The Weekly Newsletter of MIT Linguistics

Linguistics and Social Justice Seminar 10/19 — Jo-Anne Ferreira

You are invited to participate in our discussion this week, Tuesday, October 19, 2-5pm EST, on “Linguistics and Social Justice: Language, Education & Human Rights”  (MIT Linguistics, Graduate Seminar, 24.S96).  Please contact Michel <degraff@mit.edu> for information about Zoom link and readings.  NB: We are committed to creating an inclusive and accessible environment in our seminar. If you need assistance for accommodations or accessibility in order to fully participate, please email degraff@MIT.EDU so that we can work out adequate arrangements.

This Tuesday, Jo-Anne Ferreira will lead the discussion on:

Resistance and Revitalisation: French Creole in Trinidad & Tobago and Venezuela

Venezuela and Trinidad share a maritime boundary in the Gulf of Paria, and are only seven miles or eleven kilometres apart at the nearest point. The Gulf area has been a point of linguistic exchange between the two areas since pre-Columbian times with speakers of Amerindian (especially Warao, to this day), European (Spanish, French, and English) and Caribbean Creole (French-lexified and English-lexified) languages going back and forth. Neither was ever colonised by France, yet both share a French Creole and speakers and advocates in both spaces have been attempting to overturn past wrongs against sociolinguistically oppressed populations.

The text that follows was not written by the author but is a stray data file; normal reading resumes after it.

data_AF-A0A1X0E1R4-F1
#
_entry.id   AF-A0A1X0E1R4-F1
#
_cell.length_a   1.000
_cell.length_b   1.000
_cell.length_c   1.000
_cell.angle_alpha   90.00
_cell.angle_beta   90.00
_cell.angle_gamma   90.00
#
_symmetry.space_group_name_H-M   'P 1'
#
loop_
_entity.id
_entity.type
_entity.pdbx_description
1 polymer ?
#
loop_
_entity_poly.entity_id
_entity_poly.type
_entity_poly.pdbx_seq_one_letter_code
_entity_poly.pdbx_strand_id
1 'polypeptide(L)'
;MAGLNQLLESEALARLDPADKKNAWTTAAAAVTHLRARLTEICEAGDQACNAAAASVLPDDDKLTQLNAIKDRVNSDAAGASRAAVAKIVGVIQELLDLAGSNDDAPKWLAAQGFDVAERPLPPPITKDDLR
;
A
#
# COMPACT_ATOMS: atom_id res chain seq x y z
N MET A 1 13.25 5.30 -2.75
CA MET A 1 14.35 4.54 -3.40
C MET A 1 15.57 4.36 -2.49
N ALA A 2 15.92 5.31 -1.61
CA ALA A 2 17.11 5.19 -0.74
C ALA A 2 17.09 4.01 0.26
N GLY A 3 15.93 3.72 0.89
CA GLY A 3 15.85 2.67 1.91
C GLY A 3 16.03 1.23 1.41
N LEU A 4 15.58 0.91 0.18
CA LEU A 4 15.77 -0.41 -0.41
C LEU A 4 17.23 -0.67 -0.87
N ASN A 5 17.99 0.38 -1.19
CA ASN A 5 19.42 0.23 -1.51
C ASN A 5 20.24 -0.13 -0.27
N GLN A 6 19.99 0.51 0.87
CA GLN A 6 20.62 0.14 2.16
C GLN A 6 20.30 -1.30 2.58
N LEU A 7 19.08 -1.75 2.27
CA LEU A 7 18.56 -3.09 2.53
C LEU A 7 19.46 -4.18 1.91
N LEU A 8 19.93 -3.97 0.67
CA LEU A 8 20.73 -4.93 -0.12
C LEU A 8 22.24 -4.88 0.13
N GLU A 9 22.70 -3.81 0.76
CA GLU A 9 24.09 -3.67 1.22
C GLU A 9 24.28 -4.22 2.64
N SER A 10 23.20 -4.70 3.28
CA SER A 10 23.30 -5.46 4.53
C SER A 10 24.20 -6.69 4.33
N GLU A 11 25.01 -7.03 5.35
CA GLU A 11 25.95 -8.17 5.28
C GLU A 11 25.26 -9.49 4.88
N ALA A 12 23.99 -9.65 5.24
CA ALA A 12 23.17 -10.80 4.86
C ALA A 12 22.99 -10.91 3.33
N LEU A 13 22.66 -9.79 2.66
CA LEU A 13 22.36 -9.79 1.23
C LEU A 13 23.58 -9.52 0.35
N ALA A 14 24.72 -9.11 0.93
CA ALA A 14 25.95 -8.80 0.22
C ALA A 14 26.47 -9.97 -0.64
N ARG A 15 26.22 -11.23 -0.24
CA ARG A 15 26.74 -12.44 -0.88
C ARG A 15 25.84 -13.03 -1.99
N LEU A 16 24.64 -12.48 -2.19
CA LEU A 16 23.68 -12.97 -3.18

In multilingual but French and French Creole-dominated Trinidad of the 19th century, speakers of French and by extension French Creole were the targets of a “full‐scale policy of ‘Anglicisation’” developed and implemented by the British government in the 1840s to govern and control Trinidad, seen as linguistically unruly (Brereton 1993: 37). French Creole was mostly ignored by Venezuela until the Chavez government’s attempts to document and protect minority languages and cultures (Indigenous, Creole, European), affording language rights to all.

This presentation will focus on French Creole in western Trinidad and eastern Venezuela (mostly Estado Sucre in which the Paria Peninsula is located, although French Creole is also spoken in El Callao in Estado Bolívar), on the acts of resistance that have led to the survival of this language in hostile spaces, and on recent and current efforts to save and revitalise the language in both places. I will discuss how an official English-only policy and an unofficial Spanish-only policy affected education in both places, and represent a virulent and malevolent attack on language rights and language justice of large sectors of two populations, with long-term effects, and how revitalisation acts complement and fortify ancient acts of resistance against such injustice, planned or unplanned.